In place of gratitude, today's best-selling YA novels imagine a world aflame with uprisings led by angry, self-sacrificing young women. In both The Hunger Games and Divergent, rage replaces religion as the best way to confront economic distress, and sentimental notions of marriage are pushed aside by fantasies of romance amid revolt.
Such over-the-top outcomes may actually spur these books' tremendous success. Despite the hunger and the poverty, dystopian fantasies are still a potent escape from reality. As Salon writer Laura Miller explains, "They're not about coming to terms with working life in a really unfair economy. They're just about those very strong, but not very practical, teenage emotions." Dystopian novels, in particular, she says, are "narratives of disillusionment and escape." The teenagers who read them, she argues, aren't thinking about economics.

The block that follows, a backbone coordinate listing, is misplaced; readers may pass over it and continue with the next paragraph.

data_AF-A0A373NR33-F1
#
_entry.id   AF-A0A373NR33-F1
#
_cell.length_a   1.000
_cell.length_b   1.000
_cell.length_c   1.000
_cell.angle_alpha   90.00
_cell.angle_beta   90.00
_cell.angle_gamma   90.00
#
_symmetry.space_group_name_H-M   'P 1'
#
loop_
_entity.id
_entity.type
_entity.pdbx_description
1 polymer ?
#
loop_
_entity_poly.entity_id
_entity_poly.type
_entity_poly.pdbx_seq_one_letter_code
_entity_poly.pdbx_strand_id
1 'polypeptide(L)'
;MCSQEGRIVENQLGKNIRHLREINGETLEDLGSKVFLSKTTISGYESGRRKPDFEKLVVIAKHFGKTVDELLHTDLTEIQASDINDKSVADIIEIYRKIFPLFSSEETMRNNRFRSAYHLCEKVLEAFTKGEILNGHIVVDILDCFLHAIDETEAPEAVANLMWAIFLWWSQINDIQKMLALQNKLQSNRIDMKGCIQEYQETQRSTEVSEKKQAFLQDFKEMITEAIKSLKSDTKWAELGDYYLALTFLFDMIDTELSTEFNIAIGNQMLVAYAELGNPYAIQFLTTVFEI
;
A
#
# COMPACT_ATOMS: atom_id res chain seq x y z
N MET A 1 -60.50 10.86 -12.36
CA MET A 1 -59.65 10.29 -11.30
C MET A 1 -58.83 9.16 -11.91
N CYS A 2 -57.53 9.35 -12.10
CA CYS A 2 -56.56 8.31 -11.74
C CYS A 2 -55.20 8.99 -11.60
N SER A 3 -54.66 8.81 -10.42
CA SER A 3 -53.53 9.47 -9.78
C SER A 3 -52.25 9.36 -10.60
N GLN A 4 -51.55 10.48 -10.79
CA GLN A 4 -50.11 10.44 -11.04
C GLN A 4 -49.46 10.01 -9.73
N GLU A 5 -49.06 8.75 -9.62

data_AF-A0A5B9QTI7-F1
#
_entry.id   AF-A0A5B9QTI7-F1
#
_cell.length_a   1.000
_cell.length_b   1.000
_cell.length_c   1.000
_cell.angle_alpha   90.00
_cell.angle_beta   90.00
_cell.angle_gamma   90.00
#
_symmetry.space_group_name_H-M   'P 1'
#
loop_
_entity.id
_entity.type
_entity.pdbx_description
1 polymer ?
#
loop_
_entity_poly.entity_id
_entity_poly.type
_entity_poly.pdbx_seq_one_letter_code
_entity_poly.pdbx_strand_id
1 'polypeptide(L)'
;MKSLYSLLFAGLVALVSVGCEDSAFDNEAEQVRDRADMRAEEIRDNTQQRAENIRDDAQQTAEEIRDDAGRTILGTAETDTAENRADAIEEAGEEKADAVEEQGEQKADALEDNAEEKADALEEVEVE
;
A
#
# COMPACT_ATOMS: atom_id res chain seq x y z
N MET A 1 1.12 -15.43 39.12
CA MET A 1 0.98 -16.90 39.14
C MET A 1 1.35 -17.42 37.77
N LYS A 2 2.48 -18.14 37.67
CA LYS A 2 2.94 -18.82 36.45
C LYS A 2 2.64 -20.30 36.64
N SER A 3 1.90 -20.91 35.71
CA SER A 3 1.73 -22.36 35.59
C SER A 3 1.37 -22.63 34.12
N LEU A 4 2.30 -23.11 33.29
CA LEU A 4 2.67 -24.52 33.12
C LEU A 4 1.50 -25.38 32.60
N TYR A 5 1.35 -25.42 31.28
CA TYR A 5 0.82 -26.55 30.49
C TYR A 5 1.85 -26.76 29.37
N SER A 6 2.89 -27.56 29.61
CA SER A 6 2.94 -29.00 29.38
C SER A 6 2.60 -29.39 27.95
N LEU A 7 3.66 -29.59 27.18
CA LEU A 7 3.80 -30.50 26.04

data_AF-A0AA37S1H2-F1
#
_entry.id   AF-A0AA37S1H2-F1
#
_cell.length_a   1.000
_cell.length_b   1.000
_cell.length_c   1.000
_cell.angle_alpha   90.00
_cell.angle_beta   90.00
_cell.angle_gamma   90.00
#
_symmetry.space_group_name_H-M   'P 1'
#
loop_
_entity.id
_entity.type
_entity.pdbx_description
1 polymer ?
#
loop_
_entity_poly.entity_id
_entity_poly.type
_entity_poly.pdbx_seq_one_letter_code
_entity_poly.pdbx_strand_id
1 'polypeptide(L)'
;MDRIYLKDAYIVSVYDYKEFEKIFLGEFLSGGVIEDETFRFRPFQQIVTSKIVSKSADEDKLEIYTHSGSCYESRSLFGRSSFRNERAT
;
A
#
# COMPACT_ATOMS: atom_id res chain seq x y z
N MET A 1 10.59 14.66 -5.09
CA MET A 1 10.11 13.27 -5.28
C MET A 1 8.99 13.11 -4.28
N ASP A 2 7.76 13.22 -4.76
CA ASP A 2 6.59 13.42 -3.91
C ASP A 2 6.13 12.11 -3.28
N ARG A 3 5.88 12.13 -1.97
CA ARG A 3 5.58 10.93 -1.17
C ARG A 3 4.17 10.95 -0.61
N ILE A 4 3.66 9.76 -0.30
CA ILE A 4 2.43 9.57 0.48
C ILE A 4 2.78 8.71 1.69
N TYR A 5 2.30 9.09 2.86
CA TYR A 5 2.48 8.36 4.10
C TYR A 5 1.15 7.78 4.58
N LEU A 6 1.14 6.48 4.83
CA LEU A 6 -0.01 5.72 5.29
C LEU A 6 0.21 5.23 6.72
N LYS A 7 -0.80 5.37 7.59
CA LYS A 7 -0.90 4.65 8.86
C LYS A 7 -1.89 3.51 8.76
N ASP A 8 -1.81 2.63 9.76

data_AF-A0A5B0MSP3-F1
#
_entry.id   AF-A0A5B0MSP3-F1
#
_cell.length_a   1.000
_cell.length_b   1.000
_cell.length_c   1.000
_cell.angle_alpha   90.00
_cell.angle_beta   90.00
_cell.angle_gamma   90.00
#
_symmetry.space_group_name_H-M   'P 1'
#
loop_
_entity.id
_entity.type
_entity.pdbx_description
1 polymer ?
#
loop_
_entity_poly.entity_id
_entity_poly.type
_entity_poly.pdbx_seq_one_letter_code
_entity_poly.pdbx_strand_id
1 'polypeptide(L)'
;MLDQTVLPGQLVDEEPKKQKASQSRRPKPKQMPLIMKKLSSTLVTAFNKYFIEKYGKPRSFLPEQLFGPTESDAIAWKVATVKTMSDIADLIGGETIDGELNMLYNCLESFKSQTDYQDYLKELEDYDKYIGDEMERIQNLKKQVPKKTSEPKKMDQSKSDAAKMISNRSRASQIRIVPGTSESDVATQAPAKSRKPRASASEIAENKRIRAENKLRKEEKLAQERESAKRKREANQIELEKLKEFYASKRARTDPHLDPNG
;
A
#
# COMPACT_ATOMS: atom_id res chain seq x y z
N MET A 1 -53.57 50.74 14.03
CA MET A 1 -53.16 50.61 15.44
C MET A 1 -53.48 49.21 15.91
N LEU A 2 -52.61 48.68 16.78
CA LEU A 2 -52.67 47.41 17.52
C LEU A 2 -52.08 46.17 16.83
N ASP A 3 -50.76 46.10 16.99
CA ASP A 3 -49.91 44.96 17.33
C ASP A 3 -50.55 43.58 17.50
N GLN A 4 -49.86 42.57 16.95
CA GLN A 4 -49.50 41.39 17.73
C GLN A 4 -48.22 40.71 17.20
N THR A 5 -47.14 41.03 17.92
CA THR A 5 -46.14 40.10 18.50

But the outlandish sci-fi trappings of The Hunger Games and Divergent (tracker jackers, anyone?) might make them more comforting to teenagers actually experiencing economic distress, suggests Sheila Smith of the National Center for Children in Poverty. "You're not confronted as directly with situations that are so close to yours that they are going to be painful," she speculates. "A lot of difficult emotional challenges of adolescence might be processed by them more easily in a fantasy context."
As YA editor Lizzie Skurnick points out, "Anyone who's actually experienced their parents losing a job knows that it feels just like it would feel to stand in a stadium and have to kill your friends. It's actually scarier than that."